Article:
- Sea otters are apex predators that can exert considerable influence over the nearshore communities they occupy. Since facing near extinction in the early 1900s, sea otters are making a remarkable recovery in Southeast Alaska, particularly in Glacier Bay, the largest protected tidewater glacier fjord in the world. The expansion of sea otters across Glacier Bay offers both a challenge to monitoring and stewardship and an unprecedented opportunity to study the top-down effect of a novel apex predator across a diverse and productive ecosystem.
- Our goal was to integrate monitoring data across trophic levels, space, and time to quantify and map the predator–prey interaction between sea otters and butter clams Saxidomus gigantea, one of the dominant large bivalves in Glacier Bay and a favoured prey of sea otters.
- We developed a spatially-referenced mechanistic differential equation model of butter clam dynamics that combined both environmental drivers of local population growth and estimates of otter abundance from aerial survey data. We embedded this model in a Bayesian statistical framework and fit it to clam survey data from 43 intertidal and subtidal sites across Glacier Bay.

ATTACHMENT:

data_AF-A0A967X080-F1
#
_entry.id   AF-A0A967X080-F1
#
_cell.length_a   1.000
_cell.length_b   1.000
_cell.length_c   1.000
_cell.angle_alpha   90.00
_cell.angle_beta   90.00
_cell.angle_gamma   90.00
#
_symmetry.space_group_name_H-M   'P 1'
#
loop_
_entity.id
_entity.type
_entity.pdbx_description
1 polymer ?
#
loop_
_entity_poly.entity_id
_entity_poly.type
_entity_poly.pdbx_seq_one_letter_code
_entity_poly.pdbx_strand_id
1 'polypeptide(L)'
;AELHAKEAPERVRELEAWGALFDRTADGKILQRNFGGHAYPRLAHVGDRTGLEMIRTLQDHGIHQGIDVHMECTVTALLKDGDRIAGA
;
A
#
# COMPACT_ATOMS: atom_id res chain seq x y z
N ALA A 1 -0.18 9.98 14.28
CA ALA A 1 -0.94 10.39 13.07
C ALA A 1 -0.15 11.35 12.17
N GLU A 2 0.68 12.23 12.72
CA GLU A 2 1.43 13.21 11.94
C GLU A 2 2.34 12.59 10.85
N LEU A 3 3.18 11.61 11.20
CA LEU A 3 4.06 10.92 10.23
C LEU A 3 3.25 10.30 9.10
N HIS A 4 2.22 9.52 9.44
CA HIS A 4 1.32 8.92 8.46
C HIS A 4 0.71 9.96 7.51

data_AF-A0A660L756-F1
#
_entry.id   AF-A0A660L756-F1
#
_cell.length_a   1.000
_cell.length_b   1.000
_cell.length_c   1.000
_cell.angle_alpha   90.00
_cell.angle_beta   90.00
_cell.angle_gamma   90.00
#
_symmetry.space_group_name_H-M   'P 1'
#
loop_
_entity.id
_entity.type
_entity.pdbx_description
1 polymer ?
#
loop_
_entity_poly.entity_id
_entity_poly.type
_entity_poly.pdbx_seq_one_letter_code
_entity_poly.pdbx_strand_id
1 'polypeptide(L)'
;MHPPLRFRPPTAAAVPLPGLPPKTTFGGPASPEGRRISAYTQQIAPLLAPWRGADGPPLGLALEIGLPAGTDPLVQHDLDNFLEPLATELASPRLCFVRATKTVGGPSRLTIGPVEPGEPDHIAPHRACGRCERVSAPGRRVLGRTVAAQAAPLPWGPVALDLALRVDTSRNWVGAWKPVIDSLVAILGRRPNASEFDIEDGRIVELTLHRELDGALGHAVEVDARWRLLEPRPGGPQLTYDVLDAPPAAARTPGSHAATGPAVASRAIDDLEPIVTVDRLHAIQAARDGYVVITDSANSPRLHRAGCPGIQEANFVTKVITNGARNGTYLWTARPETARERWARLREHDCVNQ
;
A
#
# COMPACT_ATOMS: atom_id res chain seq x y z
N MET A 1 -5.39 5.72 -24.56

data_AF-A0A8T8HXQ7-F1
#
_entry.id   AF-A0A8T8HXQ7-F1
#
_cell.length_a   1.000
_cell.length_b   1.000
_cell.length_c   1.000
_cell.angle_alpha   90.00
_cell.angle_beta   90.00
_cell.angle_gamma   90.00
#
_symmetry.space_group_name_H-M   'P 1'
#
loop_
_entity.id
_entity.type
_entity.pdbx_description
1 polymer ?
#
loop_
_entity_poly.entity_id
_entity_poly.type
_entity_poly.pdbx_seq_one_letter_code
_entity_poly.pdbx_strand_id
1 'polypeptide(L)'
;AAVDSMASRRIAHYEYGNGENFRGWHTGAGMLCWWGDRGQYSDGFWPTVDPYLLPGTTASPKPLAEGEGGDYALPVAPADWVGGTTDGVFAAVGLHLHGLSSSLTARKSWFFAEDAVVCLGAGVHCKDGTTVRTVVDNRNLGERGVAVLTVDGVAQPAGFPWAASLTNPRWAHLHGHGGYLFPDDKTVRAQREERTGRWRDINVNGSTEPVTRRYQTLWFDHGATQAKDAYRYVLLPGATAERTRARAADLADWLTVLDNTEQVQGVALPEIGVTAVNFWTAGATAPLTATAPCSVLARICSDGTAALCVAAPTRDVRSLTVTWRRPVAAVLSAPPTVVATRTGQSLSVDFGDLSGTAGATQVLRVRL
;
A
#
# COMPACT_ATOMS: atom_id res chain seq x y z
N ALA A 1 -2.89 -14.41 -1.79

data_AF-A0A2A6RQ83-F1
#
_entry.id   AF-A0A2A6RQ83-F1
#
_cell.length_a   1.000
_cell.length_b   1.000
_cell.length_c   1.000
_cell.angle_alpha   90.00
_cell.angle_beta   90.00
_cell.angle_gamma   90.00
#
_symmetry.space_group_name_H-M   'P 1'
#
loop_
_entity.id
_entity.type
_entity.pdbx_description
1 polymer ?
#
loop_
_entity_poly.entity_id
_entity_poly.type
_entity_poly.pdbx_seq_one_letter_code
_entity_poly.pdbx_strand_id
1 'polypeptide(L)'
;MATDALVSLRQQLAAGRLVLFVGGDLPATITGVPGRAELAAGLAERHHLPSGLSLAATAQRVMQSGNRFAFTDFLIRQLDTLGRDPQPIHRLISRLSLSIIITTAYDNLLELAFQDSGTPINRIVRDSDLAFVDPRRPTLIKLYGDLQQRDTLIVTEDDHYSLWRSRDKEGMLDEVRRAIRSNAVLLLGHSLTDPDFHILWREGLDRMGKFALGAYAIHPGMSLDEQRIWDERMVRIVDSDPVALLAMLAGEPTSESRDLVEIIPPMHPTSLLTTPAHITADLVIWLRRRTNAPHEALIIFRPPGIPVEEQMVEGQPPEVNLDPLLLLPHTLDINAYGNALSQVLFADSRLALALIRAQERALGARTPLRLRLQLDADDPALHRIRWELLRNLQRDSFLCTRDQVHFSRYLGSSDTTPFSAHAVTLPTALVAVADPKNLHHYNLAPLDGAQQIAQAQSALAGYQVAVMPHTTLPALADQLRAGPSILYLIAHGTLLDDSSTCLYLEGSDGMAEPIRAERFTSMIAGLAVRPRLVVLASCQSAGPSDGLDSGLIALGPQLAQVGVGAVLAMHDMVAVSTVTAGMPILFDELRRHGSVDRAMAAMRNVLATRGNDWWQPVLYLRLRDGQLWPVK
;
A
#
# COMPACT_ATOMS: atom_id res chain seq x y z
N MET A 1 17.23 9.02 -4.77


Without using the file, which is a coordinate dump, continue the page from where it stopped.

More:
- Prior to substantial sea otter expansion, we found that butter clam density was structured by an environmental gradient driven by distance from glacier (represented by latitude) and a quadratic effect of current speed. Estimates of sea otter attack rate revealed spatial heterogeneity in sea otter impacts and a negative relationship with local shoreline complexity.
- Sea otter exploitation of productive butter clam habitat substantially reduced the abundance and altered the distribution of butter clams across Glacier Bay, with potential cascading consequences for nearshore community structure and function. Spatial variation in estimated sea otter predation processes further suggests that community context and local environmental conditions mediate the top-down influence of sea otters on a given prey. Overall, our framework provides high-resolution insights about the interaction among components of this food web and could be applied to a variety of other systems involving invasive species, epidemiology or migration.
|Title||Revealing the extent of sea otter impacts on bivalve prey through multi-trophic monitoring and mechanistic models|
|Authors||Clinton B. Leach, Benjamin P. Weitzman, James L. Bodkin, Daniel Esler, George G. Esslinger, Kimberly A. Kloecker, Daniel Monson, Jamie N. Womble, Mevin B. Hooten|
|Publication Subtype||Journal Article|
|Series Title||Journal of Animal Ecology|
|Record Source||USGS Publications Warehouse|
|USGS Organization||Alaska Science Center Ecosystems|